EBRD cuts Russia’s growth forecast on oil price fears
The European Bank for Reconstruction and Development (EBRD) has cut this year’s GDP growth forecast for Russia to 3.1% from its May forecast of 4.2% on the back of concerns regarding the Eurozone crisis and its impact on the oil price, which remains the biggest worry for the country.
About half of the Russian budget is based on taxation of the oil and gas sector. The bank’s report states: “Since early this year, the crisis has negatively impacted oil and other commodity prices as well as investor confidence, which has in turn led to lower growth in Central Asia and particularly in Russia, where quarterly GDP and industrial production slowed down significantly during the first half of 2012.”
“The protracted Eurozone crisis is now impacting growth across emerging markets, depressing global commodity demand and hence prices, and directly affecting growth in Russia and other commodity exporters,” the report continues.
Mark Livingston, associate investment director in Fidelity’s global emerging markets team, said: “The Russian federal budget balances at an oil price of $110 per barrel, and we expect prices to remain between $80 and $110 per barrel. Anything below $110 is bad for Russia’s fiscal deficit, so this is not a positive picture.” As a result, Fidelity is underweight Russia in its global EM portfolio.
EBRD’s report also highlights continued capital flight from Russia as a factor that negatively impacts domestic demand and investment.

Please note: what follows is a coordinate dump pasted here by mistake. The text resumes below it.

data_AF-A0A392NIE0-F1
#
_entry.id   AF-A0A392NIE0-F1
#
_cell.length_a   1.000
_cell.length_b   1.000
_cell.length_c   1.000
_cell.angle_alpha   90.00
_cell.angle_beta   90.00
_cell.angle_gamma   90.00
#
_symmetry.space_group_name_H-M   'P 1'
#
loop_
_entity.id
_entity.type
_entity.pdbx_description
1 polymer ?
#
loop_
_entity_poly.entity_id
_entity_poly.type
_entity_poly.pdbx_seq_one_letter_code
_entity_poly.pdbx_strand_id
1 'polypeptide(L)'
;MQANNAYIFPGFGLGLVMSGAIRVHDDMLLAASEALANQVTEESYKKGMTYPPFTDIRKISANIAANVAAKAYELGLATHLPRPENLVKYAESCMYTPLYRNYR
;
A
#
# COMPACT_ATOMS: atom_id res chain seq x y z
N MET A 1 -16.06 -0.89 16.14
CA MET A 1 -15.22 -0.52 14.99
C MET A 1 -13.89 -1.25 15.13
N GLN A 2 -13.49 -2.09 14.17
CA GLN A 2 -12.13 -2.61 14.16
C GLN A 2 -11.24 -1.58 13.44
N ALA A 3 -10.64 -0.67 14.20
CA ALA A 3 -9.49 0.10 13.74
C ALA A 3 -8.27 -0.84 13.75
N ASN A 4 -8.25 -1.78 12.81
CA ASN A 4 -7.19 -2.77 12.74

“Non-FDI outflows from Russia further increased in the first quarter of this year and became a major factor responsible for the negative flows for the transition region as a whole,” the report says.
“Outflows from Russia may have been driven by the second round effects of the Eurozone debt crisis, which has made markets more risk averse, as well as low investor confidence in the country.”
Net capital outflows from Russia reached $ 43.4bn in the first half of the year.
Year-on-year GDP growth in Russia slowed down from 4.9% in the first quarter to an estimated 3.9% in the second quarter. The stock market dropped 25% in the second quarter, trampled by lower oil prices and election-related fears. The rouble has depreciated 10% against the U.S. dollar, while inflation rose to 4.3% in June.
Continued droughts in key food producing regions of Russia this month are putting further upward pressures on inflation. These factors are likely to negatively impact GDP growth.